The best monitor for photo editing in the Adobe RGB color space is the Gigabyte M27Q. It has full coverage of the common sRGB color space and is among the few monitors we've tested with near-full coverage of the Adobe color space. Even though it's a gaming monitor, it offers versatility in a wide range of uses and comes with useful extra features like Picture-in-Picture and Picture-by-Picture modes.
It has a large 27 inch screen and a 1440p resolution that result in sharp text and images. It also has a high 170Hz refresh rate and a quick response time, so fast-moving content looks exceptionally clear. Color accuracy is fantastic right out of the box, so you may not need to get it calibrated to enjoy an accurate image. Gradient handling is also superb, and there's no color bleed either. It also supports HDR10, which is great if you work with HDR content. That said, while it does have a wide color gamut for HDR, it doesn't get especially bright to bring out highlights in HDR content.
Unfortunately, the contrast ratio is mediocre, resulting in grayish-looking blacks. It has a BGR subpixel layout, which can affect text clarity in certain programs, but we don't expect this to be an issue for most people. Luckily, you should have no problems working in a bright environment, as it has decent reflection handling and gets bright enough to overcome glare. Overall, this is the best monitor we've tested for editing content in the Adobe RGB color space.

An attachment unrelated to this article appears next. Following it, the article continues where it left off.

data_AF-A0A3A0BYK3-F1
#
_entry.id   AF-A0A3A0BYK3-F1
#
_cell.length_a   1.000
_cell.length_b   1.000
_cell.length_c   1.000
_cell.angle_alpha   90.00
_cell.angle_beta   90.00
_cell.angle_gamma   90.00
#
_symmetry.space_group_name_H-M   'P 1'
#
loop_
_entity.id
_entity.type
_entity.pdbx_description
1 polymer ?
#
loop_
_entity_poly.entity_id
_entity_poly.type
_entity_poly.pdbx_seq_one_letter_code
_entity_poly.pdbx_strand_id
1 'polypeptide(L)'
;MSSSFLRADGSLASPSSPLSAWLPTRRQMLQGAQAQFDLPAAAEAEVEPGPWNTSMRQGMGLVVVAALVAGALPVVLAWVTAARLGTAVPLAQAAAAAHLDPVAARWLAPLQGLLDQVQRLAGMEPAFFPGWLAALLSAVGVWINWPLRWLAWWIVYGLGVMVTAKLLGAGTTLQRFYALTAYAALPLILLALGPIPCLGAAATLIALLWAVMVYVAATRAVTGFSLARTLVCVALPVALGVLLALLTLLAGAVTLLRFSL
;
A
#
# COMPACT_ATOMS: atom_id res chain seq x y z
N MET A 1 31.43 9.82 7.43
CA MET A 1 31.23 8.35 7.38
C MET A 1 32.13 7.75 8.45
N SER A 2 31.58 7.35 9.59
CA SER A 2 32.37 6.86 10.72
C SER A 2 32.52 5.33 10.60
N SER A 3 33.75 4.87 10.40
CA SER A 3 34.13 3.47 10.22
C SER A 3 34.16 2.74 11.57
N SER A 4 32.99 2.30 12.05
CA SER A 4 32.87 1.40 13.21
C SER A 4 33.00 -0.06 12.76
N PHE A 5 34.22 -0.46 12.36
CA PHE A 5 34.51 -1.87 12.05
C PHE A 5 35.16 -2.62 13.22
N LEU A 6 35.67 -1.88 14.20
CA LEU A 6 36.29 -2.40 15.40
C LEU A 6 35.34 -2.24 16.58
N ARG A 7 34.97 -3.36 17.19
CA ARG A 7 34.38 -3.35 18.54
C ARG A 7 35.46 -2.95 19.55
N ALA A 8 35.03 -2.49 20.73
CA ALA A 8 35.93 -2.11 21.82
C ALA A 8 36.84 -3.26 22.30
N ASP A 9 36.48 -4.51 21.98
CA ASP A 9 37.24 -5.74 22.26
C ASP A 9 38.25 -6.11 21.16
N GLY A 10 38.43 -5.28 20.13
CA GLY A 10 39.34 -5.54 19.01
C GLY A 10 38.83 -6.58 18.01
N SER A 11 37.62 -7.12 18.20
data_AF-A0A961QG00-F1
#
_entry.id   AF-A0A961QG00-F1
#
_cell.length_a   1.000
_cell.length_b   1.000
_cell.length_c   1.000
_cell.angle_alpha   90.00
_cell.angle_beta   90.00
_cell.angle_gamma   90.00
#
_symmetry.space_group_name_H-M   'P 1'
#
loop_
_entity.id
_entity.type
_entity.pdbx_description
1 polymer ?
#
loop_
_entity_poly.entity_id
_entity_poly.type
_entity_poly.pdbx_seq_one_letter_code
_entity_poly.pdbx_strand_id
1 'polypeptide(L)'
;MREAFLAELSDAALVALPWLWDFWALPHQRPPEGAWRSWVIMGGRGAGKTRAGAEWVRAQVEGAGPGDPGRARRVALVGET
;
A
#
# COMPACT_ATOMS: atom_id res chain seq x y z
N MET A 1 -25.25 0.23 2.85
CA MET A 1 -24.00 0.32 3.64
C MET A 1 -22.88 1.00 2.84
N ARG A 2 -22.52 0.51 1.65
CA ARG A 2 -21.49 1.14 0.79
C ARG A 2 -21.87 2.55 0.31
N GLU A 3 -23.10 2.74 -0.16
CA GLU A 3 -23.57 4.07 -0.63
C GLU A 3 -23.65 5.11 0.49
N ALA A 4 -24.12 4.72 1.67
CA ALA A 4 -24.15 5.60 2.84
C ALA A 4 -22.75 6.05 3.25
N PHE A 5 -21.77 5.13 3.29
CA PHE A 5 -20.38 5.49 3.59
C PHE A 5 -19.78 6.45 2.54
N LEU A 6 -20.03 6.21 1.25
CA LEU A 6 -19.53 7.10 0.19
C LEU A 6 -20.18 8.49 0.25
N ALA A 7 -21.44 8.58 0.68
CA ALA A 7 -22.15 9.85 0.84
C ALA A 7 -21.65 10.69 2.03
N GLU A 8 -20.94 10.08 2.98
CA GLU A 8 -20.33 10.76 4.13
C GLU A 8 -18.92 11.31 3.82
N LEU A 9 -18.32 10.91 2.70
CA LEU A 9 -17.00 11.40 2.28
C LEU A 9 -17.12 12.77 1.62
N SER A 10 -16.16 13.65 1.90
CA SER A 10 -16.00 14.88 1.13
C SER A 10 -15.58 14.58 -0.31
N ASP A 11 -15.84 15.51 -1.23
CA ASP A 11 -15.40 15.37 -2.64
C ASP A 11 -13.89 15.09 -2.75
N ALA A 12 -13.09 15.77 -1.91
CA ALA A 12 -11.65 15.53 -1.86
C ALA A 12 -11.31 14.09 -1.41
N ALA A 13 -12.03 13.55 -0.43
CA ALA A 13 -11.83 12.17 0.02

The best monitor for video editing and photo editing that we've tested in a 32 inch size is the Gigabyte M32U. It's an impressive 32 inch, 4k monitor with a fast 144Hz refresh rate. The large, high-resolution screen makes it much easier to see more of your work at once, and the high pixel density delivers sharp images and clear text without having to zoom in. It has wide viewing angles and okay ergonomics, so you can easily share your screen with someone else.
It has great accuracy out of the box, with excellent color accuracy and great white balance. It has an excellent SDR color gamut, with complete coverage of the sRGB color space, but its coverage of the wider Adobe RGB color space might disappoint some users. It also supports HDR if you choose to master in DCI P3 and Rec. 2020. It can display a wide color gamut, but overall, its coverage of HDR color spaces is just decent.
Unfortunately, like all IPS monitors, it has low contrast, and the local dimming feature is terrible, so it's not a good choice for a dark room. Despite these flaws, it's an impressive monitor overall that should please most users, and it's the best 32 inch monitor for photo editing and video editing that we've tested.